Happy Easter. We say such things to each other on Easter Sunday, but sometimes have no idea why. Unless Biblical happenings resonate with our life experiences, they do not make sense. We are left wanting more.
The Pascal Mystery leaves us wanting more. The Pascal Mystery is another combination of words that is not part of everyday conversation. We can’t buy the Pascal Mystery at the local supermarkets. “I’ll have a pound of the Pascal Mystery to go please—wrap it up.” Here’s a hint: Every emotion we have experienced, all the pain, the joy and the tears are part of the Pascal Mystery. Everything fits—from the first time we fell in love, the first kiss and the first rejection. Nothing under the sun can be left out. Some might think, “Well what about the moments of sin—when we are doing bad stuff?” “Are sins part of the Pascal Mystery?” In a sense yes, because Jesus took on the sins of the world. He took them to the cross to redeem us from sin and death. Therefore, we celebrate His life, death, Resurrection and Ascension into heaven. They are all part of the mystery of who Jesus Christ is. The beauty of what we believe is that we are caught up in the same mystery. We are part of Christ, and He is part of us, particularly when we receive Him in Holy Communion. Our Lord identified with us in every human way possible, except for sin. He humbled Himself to teach us by example—how to be born, how to forgive, how to die. The one constant, regardless of what was happening in the life of Jesus, was His trust in the Father. All the way to the painful end, Jesus trusted that the Father would take care of Him. So, He willingly embraced the darkness.
Dark times come in our life. Some are expected, others are surprises. Regardless, the cross in never easy. Yet, by enduring Good Friday, we reach new life. Just like the pain of childbirth gives way to a new human being, the pain of bodily death gives way to eternal life. Both are met with resistance. We are reluctant to accept the unknown, especially in our preoccupation to be in control. Both in birth and in death we must surrender to a higher power and give up control. We do not decide when we enter nor when we exit this life. God is in charge. We are given some flexibility—some choices from the time we enter this life to the time we leave. With the gift of free-will come the endless possibilities of making good choices and not so good choices. Given the track record of humanity, we have created most of the crosses we carry. We tell lies, we make wars, we covet things that do not belong to us. God does not inflict punishment on us, we do a pretty good job inflicting punishment on ourselves and each other.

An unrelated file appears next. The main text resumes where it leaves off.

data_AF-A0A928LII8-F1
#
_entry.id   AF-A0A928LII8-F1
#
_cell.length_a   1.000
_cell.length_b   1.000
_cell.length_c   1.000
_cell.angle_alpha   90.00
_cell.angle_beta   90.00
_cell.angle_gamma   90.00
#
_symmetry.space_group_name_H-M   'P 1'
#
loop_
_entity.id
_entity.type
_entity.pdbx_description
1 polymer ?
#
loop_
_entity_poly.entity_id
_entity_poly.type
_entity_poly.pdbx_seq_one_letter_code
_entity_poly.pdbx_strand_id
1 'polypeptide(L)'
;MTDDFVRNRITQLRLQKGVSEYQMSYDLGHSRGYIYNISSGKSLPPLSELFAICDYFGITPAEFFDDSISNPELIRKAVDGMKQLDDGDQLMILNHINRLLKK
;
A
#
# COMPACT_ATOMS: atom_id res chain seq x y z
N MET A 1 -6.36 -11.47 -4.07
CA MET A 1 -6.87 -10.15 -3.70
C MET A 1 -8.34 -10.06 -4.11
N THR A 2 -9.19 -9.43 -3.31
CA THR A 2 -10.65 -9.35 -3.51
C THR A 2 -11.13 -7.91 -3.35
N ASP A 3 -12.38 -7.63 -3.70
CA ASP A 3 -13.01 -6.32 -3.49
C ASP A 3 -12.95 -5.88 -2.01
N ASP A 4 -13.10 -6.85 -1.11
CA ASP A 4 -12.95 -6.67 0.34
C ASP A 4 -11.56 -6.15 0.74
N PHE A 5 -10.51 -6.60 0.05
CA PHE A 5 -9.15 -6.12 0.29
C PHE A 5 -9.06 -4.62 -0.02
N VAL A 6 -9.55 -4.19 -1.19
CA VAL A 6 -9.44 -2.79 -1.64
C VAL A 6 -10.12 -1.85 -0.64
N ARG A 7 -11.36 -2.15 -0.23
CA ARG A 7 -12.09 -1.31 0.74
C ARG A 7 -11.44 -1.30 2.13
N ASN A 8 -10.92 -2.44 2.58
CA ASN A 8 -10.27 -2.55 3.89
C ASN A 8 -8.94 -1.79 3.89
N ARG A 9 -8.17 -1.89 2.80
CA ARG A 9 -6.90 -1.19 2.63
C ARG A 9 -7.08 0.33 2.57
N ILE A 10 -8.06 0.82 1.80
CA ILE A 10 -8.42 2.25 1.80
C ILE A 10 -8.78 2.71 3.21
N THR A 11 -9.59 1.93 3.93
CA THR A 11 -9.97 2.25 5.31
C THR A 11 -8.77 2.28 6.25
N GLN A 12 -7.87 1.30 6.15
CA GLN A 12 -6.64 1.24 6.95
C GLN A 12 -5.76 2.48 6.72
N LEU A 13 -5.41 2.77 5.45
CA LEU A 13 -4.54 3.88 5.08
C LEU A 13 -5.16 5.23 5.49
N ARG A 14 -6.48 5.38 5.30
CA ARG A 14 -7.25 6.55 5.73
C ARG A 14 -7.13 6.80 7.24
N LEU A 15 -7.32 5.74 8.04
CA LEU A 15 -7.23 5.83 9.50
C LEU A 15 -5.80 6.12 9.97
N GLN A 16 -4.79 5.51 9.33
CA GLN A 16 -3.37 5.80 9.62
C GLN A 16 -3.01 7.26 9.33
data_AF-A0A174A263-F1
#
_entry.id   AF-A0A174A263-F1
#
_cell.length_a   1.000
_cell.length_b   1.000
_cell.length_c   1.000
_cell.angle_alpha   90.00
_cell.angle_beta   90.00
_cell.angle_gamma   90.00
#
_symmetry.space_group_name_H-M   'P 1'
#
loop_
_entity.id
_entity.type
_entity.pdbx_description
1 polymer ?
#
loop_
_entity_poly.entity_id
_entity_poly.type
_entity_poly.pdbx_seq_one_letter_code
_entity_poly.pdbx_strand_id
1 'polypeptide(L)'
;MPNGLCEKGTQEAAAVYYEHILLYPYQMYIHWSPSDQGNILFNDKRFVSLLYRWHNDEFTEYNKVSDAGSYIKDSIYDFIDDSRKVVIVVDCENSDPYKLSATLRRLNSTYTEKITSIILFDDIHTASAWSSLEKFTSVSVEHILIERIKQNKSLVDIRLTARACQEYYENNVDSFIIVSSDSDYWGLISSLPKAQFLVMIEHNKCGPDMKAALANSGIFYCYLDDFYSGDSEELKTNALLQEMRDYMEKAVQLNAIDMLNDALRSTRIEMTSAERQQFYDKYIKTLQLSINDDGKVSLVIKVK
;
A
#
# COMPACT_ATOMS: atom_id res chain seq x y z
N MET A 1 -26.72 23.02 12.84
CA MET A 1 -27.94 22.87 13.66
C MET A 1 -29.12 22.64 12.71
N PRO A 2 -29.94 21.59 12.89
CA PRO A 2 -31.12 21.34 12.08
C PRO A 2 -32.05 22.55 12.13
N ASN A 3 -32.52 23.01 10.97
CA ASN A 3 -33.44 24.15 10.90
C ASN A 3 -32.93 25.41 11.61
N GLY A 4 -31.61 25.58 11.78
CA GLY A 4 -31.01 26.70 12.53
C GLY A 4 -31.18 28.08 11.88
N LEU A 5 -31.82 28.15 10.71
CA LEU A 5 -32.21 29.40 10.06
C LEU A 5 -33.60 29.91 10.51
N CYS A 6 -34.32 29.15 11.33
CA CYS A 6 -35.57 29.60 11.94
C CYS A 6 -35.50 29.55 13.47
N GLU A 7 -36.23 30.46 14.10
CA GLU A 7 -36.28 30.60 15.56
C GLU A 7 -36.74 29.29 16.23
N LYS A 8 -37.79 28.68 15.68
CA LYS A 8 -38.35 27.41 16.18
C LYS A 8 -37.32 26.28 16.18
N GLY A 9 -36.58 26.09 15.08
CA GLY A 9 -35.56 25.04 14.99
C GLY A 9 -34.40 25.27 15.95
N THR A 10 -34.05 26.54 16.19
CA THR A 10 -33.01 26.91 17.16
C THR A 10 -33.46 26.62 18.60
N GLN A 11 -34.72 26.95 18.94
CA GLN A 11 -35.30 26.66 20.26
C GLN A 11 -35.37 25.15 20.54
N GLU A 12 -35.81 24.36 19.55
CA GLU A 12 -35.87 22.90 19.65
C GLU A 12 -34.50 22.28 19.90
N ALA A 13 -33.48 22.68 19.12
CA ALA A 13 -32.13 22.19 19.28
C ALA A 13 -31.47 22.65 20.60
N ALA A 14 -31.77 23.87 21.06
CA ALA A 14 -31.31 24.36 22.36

The Good News of Easter is not only the Christ is risen, but that we are free. We rise with Him. None of us gets what we deserve! There is no doubt that we are guilty, but we have been acquitted. Since we are all sinners, we do well not to accuse one another because we are in the same boat. So don’t rock the boat. Folks who are angry, sad, punishing themselves have not yet heard the Good News, or they refuse to believe the truth. Living in a lie is less threatening because no change is required. Once we accept the freedom which comes from salvation, we are compelled to change. The “old self” has got to go. No more living in the land of regrets. Yesterday can never be undone, only forgiven. Took a while, but Jesus found the disciples who felt guilty, and He freed them. “Get out and get to work”, He told them. “Get out of the tomb” The tomb is for the dead. There is a false sense of security in the comfort of darkness—in the repetition of sin. Since we celebrate an empty tomb, we are challenged to get out of the tomb and live in the light. We renounce darkness in order to embrace new life in Christ.
As we approach the Altar to receive Holy Communion consider that with each step, we are leaving the tomb in order to receive eternal life in the Blessed Sacrament.